Nick Webb: Kelleher helps out with the FAI debt deal
Published 04/05/2014 | 02:30
Chicago Spire developer and movie-maker Garrett Kelleher has emerged as one of the key power brokers in the deal to refinance the FAI's €50m-plus debt associated with the building of the Aviva Stadium.
Behind the schemes, Irish billionaires Denis O'Brien and Dermot Desmond were also involved in helping the FAI.
"I'm delighted to have been able to help," Kelleher told me from Chicago last week. "I'm passionate about football and the League of Ireland and I've a lot of respect for John Delaney. He's done a great job in putting the FAI on a more stable footing."
It is understood that Kelleher, who bought league of Ireland team St Patrick's Athletic in 2006, approached FAI boss John Delaney to see if he could help with the organisation's finances. In late 2011, he was given access to FAI ledgers and given a mandate to seek alternative financing. It was an unpaid mandate.
This saw Kelleher nudge a number of 'unconventional' banking sources and dance closely with an unnamed German institution. But a deal didn't materialise.
Stewart Doyle of QED Equity, part of Dermot Desmond's financial empire, also got involved, and relationships with private equity houses and other financiers were tapped. US private equity group KKR was brought to the table and the FAI was able to wrangle a €12.5m writedown on its €50m-plus stadium debt. Even better was the lowering of its interest costs and a less scary capital repayment schedule. The likelihood is that the FAI will be able to refinance the debt again in the next couple of years.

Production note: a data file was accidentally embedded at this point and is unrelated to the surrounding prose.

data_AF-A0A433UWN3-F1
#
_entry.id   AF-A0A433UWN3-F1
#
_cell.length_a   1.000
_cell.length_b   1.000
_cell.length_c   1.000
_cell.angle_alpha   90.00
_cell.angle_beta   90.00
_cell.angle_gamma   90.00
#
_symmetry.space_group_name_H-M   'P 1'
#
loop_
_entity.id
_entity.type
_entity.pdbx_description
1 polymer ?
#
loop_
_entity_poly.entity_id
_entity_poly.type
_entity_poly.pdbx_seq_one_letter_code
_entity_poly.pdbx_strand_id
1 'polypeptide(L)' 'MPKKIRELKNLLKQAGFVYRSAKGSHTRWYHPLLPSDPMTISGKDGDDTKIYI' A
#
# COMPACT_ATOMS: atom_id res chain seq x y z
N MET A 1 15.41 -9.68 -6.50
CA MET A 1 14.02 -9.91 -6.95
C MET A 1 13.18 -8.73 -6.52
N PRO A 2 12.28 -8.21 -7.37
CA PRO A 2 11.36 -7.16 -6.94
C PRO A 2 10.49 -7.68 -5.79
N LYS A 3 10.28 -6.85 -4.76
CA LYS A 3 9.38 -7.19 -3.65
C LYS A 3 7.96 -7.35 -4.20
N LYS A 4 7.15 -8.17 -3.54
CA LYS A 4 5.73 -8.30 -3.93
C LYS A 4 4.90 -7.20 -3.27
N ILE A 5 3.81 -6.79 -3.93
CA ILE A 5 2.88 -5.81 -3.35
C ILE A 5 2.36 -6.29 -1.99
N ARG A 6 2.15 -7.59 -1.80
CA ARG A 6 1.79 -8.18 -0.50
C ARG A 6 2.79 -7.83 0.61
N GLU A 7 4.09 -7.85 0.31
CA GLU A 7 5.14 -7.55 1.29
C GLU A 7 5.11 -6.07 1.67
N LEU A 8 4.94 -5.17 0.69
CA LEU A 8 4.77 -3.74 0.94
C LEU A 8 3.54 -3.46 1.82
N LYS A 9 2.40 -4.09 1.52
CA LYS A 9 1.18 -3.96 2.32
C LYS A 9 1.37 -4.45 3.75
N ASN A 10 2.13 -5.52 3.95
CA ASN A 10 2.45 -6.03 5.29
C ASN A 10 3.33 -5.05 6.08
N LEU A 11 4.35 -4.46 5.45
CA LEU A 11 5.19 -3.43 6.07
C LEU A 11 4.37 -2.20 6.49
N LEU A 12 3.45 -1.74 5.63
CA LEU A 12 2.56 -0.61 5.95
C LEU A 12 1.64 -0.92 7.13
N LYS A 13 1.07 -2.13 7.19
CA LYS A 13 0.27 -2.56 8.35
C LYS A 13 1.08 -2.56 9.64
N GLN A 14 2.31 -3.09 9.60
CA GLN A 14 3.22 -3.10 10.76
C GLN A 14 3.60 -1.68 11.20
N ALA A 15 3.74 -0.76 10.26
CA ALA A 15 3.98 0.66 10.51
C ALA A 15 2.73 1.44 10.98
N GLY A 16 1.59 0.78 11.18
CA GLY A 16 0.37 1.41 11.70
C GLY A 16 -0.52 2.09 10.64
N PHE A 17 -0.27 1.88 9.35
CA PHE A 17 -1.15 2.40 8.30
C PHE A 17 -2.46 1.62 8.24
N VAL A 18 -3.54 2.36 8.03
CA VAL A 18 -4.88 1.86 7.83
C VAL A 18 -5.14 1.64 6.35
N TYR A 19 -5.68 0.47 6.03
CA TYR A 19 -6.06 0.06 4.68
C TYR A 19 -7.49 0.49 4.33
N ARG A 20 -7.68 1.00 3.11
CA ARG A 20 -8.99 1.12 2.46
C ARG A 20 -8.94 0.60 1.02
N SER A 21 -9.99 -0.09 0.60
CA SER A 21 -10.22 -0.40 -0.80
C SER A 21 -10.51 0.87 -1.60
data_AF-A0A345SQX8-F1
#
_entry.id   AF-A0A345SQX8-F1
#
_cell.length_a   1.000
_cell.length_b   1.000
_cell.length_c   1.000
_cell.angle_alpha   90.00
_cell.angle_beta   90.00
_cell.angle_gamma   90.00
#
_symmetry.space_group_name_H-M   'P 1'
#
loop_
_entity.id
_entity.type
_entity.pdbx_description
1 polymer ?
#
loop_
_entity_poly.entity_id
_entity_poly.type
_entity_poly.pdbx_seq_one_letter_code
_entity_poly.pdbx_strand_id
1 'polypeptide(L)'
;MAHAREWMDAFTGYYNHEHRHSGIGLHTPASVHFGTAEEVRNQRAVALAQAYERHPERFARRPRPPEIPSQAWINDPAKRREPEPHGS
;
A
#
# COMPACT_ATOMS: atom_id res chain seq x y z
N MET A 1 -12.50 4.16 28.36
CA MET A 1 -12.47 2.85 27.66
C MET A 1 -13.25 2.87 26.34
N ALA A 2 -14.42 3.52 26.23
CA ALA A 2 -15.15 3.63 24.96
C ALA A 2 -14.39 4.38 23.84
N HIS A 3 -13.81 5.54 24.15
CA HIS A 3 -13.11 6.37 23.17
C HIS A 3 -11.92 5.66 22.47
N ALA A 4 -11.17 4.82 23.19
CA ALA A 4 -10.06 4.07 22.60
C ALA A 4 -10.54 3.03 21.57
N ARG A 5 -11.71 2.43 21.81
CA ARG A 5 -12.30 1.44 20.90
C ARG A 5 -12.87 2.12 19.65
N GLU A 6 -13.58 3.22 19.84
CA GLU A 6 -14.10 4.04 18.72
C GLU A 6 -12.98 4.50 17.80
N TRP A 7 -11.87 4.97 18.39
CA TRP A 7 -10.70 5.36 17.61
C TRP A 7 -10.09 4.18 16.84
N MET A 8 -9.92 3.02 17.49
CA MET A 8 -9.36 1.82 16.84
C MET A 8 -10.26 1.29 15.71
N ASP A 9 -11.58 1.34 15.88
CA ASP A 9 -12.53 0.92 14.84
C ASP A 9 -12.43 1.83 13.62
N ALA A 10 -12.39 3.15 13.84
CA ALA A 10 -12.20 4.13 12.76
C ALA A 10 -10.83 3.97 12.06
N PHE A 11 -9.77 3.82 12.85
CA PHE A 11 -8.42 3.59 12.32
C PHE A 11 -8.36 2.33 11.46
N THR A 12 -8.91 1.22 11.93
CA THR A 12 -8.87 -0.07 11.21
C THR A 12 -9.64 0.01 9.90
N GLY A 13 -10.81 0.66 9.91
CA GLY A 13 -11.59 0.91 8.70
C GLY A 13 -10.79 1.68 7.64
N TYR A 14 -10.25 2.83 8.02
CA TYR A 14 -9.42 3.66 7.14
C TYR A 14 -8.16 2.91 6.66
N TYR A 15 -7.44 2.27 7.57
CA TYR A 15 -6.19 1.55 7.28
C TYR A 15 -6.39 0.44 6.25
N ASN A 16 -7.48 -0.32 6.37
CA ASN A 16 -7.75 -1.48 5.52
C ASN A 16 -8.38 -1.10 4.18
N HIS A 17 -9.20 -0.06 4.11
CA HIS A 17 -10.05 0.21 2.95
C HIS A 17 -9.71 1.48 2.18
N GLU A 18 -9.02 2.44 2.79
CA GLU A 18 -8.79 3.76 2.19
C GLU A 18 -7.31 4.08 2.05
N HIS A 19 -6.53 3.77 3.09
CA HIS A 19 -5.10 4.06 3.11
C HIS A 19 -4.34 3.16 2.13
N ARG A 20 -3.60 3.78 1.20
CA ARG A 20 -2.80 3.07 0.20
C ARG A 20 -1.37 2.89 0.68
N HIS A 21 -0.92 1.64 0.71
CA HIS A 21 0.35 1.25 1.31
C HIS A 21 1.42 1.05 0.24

"I have to say one thing. Dermot Desmond and Garrett Kelleher – both of them were very helpful in terms of opening doors," FAI boss Delaney told me in the Merrion Hotel last week. "It wasn't that difficult to find a partner. We looked at a few."
With the banks sorted, all he needs to do now is find a replacement for Robbie.
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